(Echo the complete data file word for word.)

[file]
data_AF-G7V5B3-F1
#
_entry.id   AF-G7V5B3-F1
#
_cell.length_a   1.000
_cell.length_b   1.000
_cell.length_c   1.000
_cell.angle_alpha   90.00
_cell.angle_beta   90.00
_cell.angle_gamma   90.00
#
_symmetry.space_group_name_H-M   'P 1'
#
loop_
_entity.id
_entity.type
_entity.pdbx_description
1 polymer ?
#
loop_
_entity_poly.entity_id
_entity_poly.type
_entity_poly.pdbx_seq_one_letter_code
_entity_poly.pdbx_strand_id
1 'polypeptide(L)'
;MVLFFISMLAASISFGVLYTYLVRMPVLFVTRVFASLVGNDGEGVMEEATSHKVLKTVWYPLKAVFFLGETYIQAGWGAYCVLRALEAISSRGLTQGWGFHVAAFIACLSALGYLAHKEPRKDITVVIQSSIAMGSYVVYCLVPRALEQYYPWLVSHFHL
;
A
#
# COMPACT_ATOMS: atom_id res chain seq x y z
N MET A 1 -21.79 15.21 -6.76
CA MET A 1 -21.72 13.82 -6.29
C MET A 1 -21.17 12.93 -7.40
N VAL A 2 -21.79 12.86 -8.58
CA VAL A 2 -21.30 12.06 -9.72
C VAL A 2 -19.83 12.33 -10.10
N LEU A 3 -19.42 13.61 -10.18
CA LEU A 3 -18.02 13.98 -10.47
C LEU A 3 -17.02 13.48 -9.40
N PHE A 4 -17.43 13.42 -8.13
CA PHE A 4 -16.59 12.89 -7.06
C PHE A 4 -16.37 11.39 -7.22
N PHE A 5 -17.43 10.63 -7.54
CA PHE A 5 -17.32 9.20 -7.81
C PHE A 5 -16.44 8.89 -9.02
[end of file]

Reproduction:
data_AF-G7V5B3-F1
#
_entry.id   AF-G7V5B3-F1
#
_cell.length_a   1.000
_cell.length_b   1.000
_cell.length_c   1.000
_cell.angle_alpha   90.00
_cell.angle_beta   90.00
_cell.angle_gamma   90.00
#
_symmetry.space_group_name_H-M   'P 1'
#
loop_
_entity.id
_entity.type
_entity.pdbx_description
1 polymer ?
#
loop_
_entity_poly.entity_id
_entity_poly.type
_entity_poly.pdbx_seq_one_letter_code
_entity_poly.pdbx_strand_id
1 'polypeptide(L)'
;MVLFFISMLAASISFGVLYTYLVRMPVLFVTRVFASLVGNDGEGVMEEATSHKVLKTVWYPLKAVFFLGETYIQAGWGAYCVLRALEAISSRGLTQGWGFHVAAFIACLSALGYLAHKEPRKDITVVIQSSIAMGSYVVYCLVPRALEQYYPWLVSHFHL
;
A
#
# COMPACT_ATOMS: atom_id res chain seq x y z
N MET A 1 -21.79 15.21 -6.76
CA MET A 1 -21.72 13.82 -6.29
C MET A 1 -21.17 12.93 -7.40
N VAL A 2 -21.79 12.86 -8.58
CA VAL A 2 -21.30 12.06 -9.72
C VAL A 2 -19.83 12.33 -10.10
N LEU A 3 -19.42 13.61 -10.18
CA LEU A 3 -18.02 13.98 -10.47
C LEU A 3 -17.02 13.48 -9.40
N PHE A 4 -17.43 13.42 -8.13
CA PHE A 4 -16.59 12.89 -7.06
C PHE A 4 -16.37 11.39 -7.22
N PHE A 5 -17.43 10.63 -7.54
CA PHE A 5 -17.32 9.20 -7.81
C PHE A 5 -16.44 8.89 -9.02